Corruption in Germany: Cum-Ex chief investigator quits

The chief investigator in the so-called Cum-Ex scandal, Anne Brorhilker, has thrown in the towel. Although effective prosecution is necessary given the damage "in the billions", "nevertheless it was and is the case that there is no central responsibility," she expressed her frustration in an interview with WDR . “There remains a fragmentation of responsibilities.”

Brorhilker complained that financial crime could not be effectively combated in Germany. “The basic problem remains that perpetrators with a lot of money and influence encounter a weak judiciary that cannot deal with them,” emphasized the senior public prosecutor. “Then we have the conclusion: the small ones are hanged, the big ones are let go.” There would be a lack of everything, although billions of dollars in money could flow back into the state treasury, complained the lawyer.

Attempts at sabotage by the NRW Justice Minister?

According to WDR information, Brorhilker asked to be released from his civil service position. However, the fifty-year-old ruled out that an attempt to disempower NRW Justice Minister Benjamin Limbach (Greens) was the reason for her departure. Limbach is said to have tried to restructure the successful authority. The minister is also accused of delaying inquiries from the Hamburg investigative committee into the cum-ex scandal.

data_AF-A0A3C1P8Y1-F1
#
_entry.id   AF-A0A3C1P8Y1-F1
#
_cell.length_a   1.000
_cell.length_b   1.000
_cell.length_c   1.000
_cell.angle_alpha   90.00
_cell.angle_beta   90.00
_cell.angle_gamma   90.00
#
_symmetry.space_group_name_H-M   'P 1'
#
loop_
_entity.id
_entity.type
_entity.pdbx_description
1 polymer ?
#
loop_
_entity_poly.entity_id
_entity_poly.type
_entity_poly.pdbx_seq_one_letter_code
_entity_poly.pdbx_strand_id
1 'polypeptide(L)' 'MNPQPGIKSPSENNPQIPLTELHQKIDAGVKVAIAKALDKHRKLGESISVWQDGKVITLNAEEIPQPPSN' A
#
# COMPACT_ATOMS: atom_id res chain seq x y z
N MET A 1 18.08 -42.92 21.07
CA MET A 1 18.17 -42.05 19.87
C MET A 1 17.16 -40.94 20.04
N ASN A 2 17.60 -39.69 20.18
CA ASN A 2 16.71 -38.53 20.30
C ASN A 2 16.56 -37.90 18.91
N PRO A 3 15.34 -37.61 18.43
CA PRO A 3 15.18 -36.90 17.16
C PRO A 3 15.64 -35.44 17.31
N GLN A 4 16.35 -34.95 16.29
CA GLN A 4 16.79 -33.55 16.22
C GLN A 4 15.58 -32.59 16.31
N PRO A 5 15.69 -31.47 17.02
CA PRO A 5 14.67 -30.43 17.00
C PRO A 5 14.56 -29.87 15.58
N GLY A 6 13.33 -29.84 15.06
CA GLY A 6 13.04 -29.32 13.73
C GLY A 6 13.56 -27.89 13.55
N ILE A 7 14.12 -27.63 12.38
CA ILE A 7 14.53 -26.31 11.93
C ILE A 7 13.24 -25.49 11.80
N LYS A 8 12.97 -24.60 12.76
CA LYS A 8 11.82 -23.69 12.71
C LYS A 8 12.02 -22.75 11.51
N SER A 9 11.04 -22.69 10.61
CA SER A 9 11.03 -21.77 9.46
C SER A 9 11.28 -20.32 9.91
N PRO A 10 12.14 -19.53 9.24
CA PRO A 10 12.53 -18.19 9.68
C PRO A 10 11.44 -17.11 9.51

In so-called cum-ex transactions, stock investors carry out short sales before the dividend distribution date, which results in multiple refunds of capital gains tax. The Hamburg private bank MM Warburg was also involved in the transactions, which is why the tax office demanded around 47 million euros in back taxes in 2016.

For reasons that have not yet been clarified, the authority later dropped the claim. In between, the then Warburg boss Christian Olearius and the then First Mayor of Hamburg and current Chancellor Olaf Scholz (SPD) are said to have met. Scholz says he cannot remember the content of the conversations.

Brorhilker announced that she would be working with the “Citizens' Movement Financial Transition” association in the future. The organization is led by former Green Party member of the Bundestag Gerhard Schick and advocates left-wing financial policy.

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